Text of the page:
Cover

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Title Page, Series Page, Copyright, Dedication

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pp. i-vi

Contents

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pp. vii-viii

List of Illustrations

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pp. ix-x

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Preface

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pp. xi-xviii

After God so graciously created a helper for Adam, the man and woman lived together in pure bliss for a little while. Th en one day, so the story goes, “when the woman saw that the fruit of the tree was good for food and pleasing to the eye, and also desirable for gaining wisdom, she took some and ate it. She also gave...

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Acknowledgments

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pp. xix-xxii

This book was born in September 2013 after Lisa Meloncon had invited me, several months earlier, to give a keynote talk at the first University of Cincinnati’s “Discourses of Health, Medicine, and Society” symposium. I had just finished a couple of major projects, and I needed a new one. Somehow, through the...

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1. Hormones and Hysteria: A Rhetorical Topology

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pp. 1-16

To capture the complexities of the long history through which hormones have come to replace hysteria, I invoke as a framework for this book’s rhetorical history Michel Serres’s theory of time as topological. In mathematics, topology is the “study of the properties that are preserved through deformations, twistings...

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2. Hysteria from Ancient Texts Until the Nineteenth Century: The Womb as Topological Space

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pp. 17-44

When scholars study the history of specific health conditions, they can usually identify a specific moment when uncertainty and guesswork gave way to scientific explanations and treatments that are proven to have some degree of efficacy. So, for instance, when it became possible to produce and market insulin as a...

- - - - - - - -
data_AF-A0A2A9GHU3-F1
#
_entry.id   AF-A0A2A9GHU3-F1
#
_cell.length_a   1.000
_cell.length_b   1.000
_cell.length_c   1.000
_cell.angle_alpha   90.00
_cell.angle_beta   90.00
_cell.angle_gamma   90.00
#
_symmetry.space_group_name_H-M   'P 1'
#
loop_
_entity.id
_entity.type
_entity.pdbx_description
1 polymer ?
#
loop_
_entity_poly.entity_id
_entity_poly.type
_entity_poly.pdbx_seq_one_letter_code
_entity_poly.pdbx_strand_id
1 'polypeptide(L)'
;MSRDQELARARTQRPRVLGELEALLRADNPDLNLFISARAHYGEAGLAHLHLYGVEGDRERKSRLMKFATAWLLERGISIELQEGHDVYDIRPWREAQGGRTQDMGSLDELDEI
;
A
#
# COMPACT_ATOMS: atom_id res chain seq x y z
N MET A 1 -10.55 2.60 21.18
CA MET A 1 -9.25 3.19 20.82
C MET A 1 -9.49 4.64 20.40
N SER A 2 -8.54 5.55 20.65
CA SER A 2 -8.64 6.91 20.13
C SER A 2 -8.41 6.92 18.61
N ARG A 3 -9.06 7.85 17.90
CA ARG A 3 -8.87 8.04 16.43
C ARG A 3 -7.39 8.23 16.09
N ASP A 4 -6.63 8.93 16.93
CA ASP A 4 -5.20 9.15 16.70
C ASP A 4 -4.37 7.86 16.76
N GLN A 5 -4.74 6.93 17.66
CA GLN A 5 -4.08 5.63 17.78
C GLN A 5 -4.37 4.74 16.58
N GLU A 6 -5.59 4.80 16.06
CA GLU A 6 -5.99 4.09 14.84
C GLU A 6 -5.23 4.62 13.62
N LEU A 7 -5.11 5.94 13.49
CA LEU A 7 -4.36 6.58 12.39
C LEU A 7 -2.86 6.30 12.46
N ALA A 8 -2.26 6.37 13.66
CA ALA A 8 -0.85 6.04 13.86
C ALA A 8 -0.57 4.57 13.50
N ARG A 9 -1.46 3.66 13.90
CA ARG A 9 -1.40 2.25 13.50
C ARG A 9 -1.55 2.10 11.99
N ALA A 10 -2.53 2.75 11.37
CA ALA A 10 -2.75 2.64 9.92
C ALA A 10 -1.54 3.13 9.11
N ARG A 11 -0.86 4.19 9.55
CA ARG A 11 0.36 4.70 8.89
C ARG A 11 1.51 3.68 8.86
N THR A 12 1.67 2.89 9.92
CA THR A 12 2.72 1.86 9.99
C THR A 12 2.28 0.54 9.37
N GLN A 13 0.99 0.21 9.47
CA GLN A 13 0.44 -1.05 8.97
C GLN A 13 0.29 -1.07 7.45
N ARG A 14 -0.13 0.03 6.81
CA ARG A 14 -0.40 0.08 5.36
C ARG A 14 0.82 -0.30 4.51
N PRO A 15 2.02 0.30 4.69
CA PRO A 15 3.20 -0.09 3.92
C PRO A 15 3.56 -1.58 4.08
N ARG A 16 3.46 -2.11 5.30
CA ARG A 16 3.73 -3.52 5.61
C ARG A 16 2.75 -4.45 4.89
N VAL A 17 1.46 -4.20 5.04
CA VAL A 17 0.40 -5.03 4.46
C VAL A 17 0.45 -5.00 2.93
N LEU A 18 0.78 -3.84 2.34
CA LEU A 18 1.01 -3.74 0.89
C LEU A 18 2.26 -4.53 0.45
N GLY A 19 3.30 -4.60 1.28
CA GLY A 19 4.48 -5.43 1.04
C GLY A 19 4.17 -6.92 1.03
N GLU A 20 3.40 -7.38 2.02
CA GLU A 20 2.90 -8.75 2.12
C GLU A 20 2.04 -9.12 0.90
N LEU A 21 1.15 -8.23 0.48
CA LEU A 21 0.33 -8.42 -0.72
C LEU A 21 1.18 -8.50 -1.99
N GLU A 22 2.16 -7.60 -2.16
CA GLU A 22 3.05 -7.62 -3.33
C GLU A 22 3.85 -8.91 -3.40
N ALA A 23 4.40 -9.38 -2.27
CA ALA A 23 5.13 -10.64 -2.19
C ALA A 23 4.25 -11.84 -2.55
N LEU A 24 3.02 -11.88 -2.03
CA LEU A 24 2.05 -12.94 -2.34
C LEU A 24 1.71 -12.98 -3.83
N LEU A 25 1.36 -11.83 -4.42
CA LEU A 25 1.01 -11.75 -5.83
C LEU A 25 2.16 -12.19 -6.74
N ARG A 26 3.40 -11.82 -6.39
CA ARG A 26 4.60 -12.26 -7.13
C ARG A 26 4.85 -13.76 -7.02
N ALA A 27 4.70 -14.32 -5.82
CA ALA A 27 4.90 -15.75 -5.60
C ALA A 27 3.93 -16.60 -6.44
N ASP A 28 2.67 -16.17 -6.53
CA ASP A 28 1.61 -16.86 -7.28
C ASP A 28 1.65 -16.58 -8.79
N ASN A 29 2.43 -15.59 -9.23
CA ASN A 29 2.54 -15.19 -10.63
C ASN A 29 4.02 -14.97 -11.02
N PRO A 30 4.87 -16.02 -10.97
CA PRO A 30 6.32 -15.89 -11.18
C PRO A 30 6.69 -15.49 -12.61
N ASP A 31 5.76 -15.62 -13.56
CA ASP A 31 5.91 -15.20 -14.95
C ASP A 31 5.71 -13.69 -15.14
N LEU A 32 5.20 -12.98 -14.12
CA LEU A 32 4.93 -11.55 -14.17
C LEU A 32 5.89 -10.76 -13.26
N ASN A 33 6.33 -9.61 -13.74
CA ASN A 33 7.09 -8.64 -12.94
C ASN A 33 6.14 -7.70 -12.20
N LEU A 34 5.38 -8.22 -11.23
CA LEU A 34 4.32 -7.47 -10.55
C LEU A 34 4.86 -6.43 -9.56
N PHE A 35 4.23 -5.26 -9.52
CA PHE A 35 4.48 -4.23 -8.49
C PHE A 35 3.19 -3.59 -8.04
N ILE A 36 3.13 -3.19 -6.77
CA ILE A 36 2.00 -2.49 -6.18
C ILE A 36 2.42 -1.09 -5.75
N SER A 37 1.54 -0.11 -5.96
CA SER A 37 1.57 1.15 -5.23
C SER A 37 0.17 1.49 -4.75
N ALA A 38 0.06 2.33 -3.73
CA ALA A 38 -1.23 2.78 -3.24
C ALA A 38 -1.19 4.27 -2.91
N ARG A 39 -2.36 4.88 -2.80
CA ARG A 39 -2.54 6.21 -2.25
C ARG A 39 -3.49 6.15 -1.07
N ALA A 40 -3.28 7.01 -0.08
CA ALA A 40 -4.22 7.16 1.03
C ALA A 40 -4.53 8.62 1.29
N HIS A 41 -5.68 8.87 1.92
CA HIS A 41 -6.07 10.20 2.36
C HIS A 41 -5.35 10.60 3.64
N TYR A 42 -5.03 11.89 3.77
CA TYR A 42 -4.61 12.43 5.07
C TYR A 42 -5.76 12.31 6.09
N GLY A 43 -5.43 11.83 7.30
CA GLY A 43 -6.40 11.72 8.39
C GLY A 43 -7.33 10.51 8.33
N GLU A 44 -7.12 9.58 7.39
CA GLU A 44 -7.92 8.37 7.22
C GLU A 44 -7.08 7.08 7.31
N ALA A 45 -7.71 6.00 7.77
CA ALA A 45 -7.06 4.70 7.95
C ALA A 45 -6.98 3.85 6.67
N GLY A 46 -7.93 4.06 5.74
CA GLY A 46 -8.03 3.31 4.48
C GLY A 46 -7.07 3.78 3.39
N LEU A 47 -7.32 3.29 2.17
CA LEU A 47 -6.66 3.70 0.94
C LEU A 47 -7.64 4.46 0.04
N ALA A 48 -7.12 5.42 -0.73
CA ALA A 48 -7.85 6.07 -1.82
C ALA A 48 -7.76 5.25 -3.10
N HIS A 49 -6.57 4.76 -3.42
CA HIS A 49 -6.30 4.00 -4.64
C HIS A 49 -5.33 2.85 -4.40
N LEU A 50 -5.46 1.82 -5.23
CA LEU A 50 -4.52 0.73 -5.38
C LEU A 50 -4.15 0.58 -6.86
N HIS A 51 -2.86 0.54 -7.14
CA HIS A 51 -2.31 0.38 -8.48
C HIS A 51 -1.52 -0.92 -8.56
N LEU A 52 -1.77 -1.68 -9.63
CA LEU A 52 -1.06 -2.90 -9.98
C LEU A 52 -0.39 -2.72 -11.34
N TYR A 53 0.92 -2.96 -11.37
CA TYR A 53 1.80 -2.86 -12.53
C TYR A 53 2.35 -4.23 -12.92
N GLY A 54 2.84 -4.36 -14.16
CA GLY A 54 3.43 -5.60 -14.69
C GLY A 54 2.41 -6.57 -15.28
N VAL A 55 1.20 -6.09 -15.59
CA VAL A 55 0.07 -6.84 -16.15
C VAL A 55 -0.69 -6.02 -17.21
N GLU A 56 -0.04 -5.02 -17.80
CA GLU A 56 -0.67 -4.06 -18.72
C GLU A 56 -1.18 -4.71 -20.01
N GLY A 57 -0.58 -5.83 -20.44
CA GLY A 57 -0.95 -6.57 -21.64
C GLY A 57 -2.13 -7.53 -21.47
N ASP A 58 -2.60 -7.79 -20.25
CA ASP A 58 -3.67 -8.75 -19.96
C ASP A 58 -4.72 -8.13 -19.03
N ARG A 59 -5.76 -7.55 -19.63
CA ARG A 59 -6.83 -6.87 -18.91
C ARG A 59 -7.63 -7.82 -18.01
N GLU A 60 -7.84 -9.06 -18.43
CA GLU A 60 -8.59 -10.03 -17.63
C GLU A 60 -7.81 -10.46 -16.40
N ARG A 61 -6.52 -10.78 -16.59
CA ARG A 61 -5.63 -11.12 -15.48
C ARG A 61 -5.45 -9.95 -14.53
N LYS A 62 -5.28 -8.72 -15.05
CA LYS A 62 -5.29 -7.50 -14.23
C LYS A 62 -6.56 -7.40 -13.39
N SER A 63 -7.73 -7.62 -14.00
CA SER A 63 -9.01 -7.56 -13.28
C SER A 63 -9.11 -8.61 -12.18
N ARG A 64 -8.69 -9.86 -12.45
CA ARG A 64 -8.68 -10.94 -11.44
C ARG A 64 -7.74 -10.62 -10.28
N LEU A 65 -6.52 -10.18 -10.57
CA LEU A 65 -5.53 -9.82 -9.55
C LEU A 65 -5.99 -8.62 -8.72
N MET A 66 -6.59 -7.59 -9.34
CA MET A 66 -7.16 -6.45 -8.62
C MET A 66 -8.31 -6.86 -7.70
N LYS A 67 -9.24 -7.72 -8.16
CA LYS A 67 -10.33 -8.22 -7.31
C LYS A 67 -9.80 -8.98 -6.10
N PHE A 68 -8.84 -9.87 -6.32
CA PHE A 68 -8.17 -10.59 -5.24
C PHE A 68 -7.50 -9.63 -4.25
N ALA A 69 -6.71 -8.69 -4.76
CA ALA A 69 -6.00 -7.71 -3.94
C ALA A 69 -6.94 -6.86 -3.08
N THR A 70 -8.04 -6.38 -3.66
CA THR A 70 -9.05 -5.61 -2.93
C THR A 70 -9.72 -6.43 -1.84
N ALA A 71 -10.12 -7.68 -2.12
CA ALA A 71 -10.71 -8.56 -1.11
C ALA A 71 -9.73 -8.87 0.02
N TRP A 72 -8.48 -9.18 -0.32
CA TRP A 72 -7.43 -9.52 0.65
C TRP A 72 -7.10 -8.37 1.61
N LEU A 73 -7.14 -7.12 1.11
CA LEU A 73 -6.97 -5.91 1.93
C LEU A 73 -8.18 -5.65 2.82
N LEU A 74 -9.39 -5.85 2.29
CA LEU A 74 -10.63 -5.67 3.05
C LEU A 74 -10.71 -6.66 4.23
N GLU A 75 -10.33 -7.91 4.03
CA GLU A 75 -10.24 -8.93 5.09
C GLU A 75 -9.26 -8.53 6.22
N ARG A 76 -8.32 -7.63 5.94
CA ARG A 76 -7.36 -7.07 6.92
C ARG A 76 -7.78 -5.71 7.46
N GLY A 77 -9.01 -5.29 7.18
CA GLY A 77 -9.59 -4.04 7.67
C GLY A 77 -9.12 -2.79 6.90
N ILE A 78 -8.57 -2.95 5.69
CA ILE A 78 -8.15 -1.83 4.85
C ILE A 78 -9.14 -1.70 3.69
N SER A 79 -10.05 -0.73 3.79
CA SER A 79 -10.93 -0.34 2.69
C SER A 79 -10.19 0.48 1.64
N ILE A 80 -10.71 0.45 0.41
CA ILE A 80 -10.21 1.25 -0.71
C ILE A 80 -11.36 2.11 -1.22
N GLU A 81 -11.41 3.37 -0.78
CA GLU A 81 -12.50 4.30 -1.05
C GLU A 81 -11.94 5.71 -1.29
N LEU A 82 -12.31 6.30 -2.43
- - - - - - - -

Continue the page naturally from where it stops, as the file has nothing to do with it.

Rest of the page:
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3. Charcot's Circus: Nineteenth-Century Science of Hysteria as a Moment of Stasis

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pp. 45-75

Stasis, which translates literally from Greek as “stopping place,” has been used in classical rhetoric to understand the different kinds of stopping places, or forms of disagreement, from which arguments can unfold. This way of thinking about stasis has offered a fruitful way to illuminate how and why some arguments get...

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4. Stasis Unsettled: The Early Twentieth-Century Rise of Endocrinology

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pp. 76-99

During the same time that Charcot and his peers were trying to sharpen their scientific understanding of hysteria, a diverse group of scientists in other disciplines were investigating a set of chemical phenomena in the human body that would soon come to be known as the endocrine system. The exact manner in...

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5. Topology of Sex Difference: A Long History of Men Saying Outrageous Things About Women’s Reproductive Organs

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pp. 100-127

One of the most vibrant debates in biology through the ages has been the debate surrounding the question of male and female agency in human reproduction. It was common in the ancient biology texts to treat the female as a passive recipient of the male seed; thus, she was responsible for nurturing, but not creating...

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6. Illuminating Women: Metaphor and Movement After Centuries of “Groping in the Dark”

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pp. 128-155

With this language from their 1974 article, “Isolation of Progesterone—Forty Years Ago,” Adolf Butenandt and Ulrich Westphal reminisce about the moment in March 1934 when their team of scientists first isolated progesterone in the laboratory. This breakthrough was an important next step—following Allen...

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7. This Is Your [Female] Brain on Hormones: Enthymeme in Contemporary Discourse

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pp. 156-184

At a website called Pregly, a thread titled “It’s not my fault I have pregnancy brain” appears in the “Pregnancy and fathers” discussion forum. Interestingly, despite the forum title, all the forum posts appear to be written by pregnant mothers, but these mothers emphasize how their “pregnancy brain” has impacted...

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8. From Hysteria to Hormones

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pp. 185-212

For at least a couple of decades before Starling first used the word hormone in a 1905 lecture to the Royal Society in London, experts knew that a chemical substance enabled the organs to communicate with each other to enable processes like digestion and respiration. However, they did not have a good term to describe...

Notes

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pp. 213-224

Bibliography

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pp. 225-234

Index

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pp. 235-239